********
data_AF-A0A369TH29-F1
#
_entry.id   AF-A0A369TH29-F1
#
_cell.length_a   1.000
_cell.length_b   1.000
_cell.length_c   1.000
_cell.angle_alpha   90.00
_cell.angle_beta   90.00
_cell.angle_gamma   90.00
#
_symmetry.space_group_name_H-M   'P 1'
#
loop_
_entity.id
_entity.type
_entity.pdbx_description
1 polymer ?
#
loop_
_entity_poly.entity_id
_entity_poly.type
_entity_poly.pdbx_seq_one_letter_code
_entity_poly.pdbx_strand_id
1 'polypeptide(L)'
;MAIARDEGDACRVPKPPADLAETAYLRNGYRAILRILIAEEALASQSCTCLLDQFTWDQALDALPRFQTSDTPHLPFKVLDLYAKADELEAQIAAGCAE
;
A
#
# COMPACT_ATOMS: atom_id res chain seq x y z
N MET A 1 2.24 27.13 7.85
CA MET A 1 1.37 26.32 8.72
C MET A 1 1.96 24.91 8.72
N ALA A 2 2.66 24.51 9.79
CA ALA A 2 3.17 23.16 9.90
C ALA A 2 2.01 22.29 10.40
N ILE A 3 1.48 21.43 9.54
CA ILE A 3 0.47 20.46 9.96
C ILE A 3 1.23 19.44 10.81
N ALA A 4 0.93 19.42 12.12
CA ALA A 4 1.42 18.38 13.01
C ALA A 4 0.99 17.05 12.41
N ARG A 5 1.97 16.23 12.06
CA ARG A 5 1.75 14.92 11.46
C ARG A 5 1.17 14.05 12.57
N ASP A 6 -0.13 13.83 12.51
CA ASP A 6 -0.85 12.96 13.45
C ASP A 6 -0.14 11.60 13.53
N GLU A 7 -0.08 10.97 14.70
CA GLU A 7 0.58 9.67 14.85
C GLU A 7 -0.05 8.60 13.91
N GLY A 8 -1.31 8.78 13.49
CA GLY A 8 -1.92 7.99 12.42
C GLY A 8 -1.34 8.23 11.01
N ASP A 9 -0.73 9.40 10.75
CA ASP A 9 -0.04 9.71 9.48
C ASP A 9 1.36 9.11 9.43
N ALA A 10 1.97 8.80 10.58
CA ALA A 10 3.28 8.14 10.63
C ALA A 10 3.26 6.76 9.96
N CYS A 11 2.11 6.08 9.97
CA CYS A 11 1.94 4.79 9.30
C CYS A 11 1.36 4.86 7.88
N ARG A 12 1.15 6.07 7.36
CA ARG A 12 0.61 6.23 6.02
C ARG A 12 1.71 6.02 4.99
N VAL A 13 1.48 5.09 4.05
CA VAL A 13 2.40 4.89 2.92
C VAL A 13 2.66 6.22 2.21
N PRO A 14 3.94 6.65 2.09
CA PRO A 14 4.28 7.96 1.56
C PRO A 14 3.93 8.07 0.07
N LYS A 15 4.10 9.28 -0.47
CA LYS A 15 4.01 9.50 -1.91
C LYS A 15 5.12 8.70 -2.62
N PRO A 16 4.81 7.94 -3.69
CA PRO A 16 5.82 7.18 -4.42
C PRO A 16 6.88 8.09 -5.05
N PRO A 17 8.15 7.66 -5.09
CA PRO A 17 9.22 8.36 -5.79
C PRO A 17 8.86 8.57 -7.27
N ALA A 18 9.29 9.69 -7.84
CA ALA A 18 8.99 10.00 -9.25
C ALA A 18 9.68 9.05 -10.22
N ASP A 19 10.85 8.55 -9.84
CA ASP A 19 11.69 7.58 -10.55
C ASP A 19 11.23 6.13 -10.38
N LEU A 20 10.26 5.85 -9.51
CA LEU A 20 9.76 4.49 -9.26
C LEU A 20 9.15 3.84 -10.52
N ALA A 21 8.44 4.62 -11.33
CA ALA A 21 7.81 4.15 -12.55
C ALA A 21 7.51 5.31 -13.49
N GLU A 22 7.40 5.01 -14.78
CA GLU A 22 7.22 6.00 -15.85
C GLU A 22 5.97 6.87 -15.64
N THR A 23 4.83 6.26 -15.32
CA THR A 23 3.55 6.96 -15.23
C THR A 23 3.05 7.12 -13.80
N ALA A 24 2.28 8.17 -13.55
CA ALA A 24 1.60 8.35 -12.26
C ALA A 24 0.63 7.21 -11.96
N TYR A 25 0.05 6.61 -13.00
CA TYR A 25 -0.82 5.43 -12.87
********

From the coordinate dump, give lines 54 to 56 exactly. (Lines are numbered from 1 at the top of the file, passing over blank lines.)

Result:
C GLY A 8 -1.34 8.23 11.01
N ASP A 9 -0.73 9.40 10.75
CA ASP A 9 -0.04 9.71 9.48